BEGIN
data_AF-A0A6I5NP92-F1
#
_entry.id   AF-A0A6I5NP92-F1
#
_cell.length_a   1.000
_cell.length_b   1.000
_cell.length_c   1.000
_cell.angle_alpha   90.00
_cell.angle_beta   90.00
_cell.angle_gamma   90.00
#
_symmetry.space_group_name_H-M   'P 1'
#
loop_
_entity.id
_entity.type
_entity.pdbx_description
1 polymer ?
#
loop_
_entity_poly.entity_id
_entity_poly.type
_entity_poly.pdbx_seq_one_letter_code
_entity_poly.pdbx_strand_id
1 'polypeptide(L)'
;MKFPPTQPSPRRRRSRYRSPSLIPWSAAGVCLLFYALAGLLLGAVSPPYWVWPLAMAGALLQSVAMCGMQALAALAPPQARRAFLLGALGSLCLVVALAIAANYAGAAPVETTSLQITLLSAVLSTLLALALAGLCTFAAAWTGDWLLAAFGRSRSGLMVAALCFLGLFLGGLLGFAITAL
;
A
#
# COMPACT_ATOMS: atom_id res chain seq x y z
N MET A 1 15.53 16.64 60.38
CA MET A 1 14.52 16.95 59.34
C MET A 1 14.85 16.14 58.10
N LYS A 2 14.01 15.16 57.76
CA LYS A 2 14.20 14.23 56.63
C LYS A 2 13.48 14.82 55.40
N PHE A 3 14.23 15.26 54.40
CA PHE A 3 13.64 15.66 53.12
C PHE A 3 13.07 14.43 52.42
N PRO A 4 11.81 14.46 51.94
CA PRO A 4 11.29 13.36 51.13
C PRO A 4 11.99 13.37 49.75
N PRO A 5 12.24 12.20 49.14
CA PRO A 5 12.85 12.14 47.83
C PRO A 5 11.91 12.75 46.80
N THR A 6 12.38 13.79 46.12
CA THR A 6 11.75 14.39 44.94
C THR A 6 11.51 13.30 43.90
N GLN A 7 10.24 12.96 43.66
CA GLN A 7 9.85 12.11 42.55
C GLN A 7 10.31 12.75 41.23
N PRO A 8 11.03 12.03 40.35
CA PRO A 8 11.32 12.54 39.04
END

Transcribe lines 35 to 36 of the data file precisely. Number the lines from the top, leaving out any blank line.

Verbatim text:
CA LYS A 2 14.20 14.23 56.63
C LYS A 2 13.48 14.82 55.40